Much has been written about the state of the visual effects industry and the difficulties faced by facilities across the world. It doesn’t help, of course, when your country is also tackling a five-year-long financial crisis.

Spain has the thirteenth largest economy in the world, and the fifth-largest in the European Union. Despite this, the Spanish economy’s recent economic performance has been poor. Between 2008 and 2012 the economic boom of the 2000s was reversed, leaving over a quarter of Spain’s workforce unemployed. In 2012, the Spanish economy contracted by 1.4%, and the Spanish economy is still mired by recession. But one Spanish VFX studio is looking to move ahead, diversify and rely on some ‘Spanish spirit’ to make it in the marketplace.

Members of the WEWORK crew at their studio.

Members of the WEWORK crew at their studio.

Madrid-based WEWORK Factory, founded by effects veterans Silvia Hispano and Alfonso Gutiérrez de Terán, provides services in the areas of films, advertising and television. It’s hoping to draw on a collective experience of more than 30 features and nearly 1000 commercials, and change the way of working in Spain to remain successful. “We believe that this is a great time to diversify our market, as we can rely on tools used worldwide, and a professional team of artists hd sex that are more that qualified to embark on new challenges,” says WEWORK visual effects supervisor Gonzalo Moure. “Our profession is globalized daily, and nowadays working remotely is a reality.”

Of course, Spain is the birthplace of some of the most innovative companies currently working in the visual effects and post production fields – think Next Limit with RealFlow and Maxwell Render, Solid Angle and its Arnold renderer and SGO and its Mistika systems. “And if we look back further,” adds Moure, “going back to the 90’s, Jaleo was one of the first systems of non-linear post-production. This helps underline the capacity of the Spanish market, which is truly extensive, and that could be maximized with easier access to affordable budget for different projects.”


WEWORK's office.

WEWORK’s office.

Another view of WEWORKs studio.

Another view of WEWORKs studio.


So what are some of WEWORK’s recent projects? For a Bosch vacuum cleaner spot, WEWORK was called upon to composite in a live tiger to plates of a lab technician using the product. “We had to take into account that we would be in the same set, man and beast working side by side,” says Moure. “This is why we came to the conclusion to film by bits in order to not put the actor in danger nor the team. It truly was a thrilling experience, not your everyday shoot in front of a 160kg tiger.”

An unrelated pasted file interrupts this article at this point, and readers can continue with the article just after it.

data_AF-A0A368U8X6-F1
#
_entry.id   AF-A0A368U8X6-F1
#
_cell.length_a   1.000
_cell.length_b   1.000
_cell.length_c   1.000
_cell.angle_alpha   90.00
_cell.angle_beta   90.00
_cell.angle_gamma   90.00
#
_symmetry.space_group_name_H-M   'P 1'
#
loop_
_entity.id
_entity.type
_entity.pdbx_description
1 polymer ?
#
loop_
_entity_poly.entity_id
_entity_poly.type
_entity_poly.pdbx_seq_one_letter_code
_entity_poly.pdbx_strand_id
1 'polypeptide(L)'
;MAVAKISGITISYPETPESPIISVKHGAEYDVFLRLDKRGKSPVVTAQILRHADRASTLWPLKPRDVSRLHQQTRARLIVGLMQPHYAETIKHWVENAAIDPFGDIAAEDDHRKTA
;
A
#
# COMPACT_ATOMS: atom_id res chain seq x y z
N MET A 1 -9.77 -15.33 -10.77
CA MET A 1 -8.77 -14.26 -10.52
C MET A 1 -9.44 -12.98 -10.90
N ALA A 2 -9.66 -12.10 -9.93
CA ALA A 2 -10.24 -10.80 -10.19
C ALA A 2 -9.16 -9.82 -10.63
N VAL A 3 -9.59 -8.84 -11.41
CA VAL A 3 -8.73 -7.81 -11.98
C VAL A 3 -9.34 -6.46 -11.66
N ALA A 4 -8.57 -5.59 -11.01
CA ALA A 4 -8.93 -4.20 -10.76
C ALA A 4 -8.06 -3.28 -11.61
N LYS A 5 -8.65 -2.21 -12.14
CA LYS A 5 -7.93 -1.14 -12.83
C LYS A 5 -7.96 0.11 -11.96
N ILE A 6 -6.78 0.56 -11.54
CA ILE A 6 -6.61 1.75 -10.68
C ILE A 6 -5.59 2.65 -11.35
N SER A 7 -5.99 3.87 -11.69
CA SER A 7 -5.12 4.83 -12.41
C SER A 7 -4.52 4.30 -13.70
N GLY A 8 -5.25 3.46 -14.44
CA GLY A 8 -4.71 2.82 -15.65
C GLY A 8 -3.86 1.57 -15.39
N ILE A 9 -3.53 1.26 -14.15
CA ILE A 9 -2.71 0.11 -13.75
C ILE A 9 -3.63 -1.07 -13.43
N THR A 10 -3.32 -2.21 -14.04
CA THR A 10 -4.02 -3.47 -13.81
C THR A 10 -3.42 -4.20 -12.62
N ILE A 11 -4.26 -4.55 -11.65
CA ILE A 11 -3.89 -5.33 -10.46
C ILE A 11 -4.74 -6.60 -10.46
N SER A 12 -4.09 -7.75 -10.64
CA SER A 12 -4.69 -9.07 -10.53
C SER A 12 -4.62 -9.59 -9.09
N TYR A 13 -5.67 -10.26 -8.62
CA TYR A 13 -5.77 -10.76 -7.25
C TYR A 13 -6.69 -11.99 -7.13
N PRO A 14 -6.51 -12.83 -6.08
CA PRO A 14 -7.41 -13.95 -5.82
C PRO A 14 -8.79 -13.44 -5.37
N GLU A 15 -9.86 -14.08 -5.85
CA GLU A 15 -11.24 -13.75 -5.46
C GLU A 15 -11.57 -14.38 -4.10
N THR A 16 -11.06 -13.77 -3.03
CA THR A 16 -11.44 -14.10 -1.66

Watch the Bosch spot.

“On top of that,” adds Moure, “the different plates that we made in all those frames in which man and tiger appeared together, we had to resolve in advance the extent of the laboratory. We did this with motion control in order to synchronize the movement of the camera with the different plates that they suggested, and we translated that information into our lab in CGI. This work brought a lot of joy to us, as it’s a campaign that was made for more than six European countries.”


Original plate.

Original plate.

Final plate.

Final shot.


A more futuristic laboratory setting was required for a commercial for Spanish pharmaceuticals company NORMON. That spot, which was also the first ad NORMON had even created for television, features Wimbledon champion Manolo Santana engaging in a virtual tennis match. “We had to film it all against green, and handle the design, as well as the composition and supervision of the campaign,” explains Moure. “We decided to create a 3D set, and film it in order to be able to have previsualisation live, which aided us with the realization of the spot. Then we brought everything to WeWork to finish the exhausting job of extracting from the green, tracking of camera and replacement of elements.”


See the Normon TVC.

Moure suggests that, historically, Spain has a very close association with filmmaking and, in particular, Hollywood – and that relationship is something WEWORK plans to capitalize on. “If we look back into the cinema world of Hollywood,” he says, “it was always related to Spain, from the 50’s onwards. During that time, a great amount of Westerns were shot on Spanish soils, as well as other genres of films. The American industry always trusted Spanish artists, and this is still true for today, nowadays wherever you go, be it New York, London, L.A., Sydney, just to name a few of the cities that are home to the most famous production houses, you will find a Spanish member in their staff.”


Greenscreen plate.

Greenscreen plate.

Final shot.

Final shot.


“This is due to the great versatility of Spanish artists and our great passion for our work,” says Moure. “We are people who truly love their work, and who are willing to go above and beyond, we don’t settle for what we know but are always searching to surpass our limits, which has ushered us to win the Fifa World Cup, Roland Garros, etc, in the end the highest level of competition is what we like. It’s a trademark for Spanish spirit.”

You can contact WEWORK or see more of their projects via their website: www.weworkfactory.com


Thanks so much for reading our article.

We've been a free service since 1999 and now rely on the generous contributions of readers like you. If you'd like to help support our work, please join the hundreds of others and become an fxinsider member.

Leave a Reply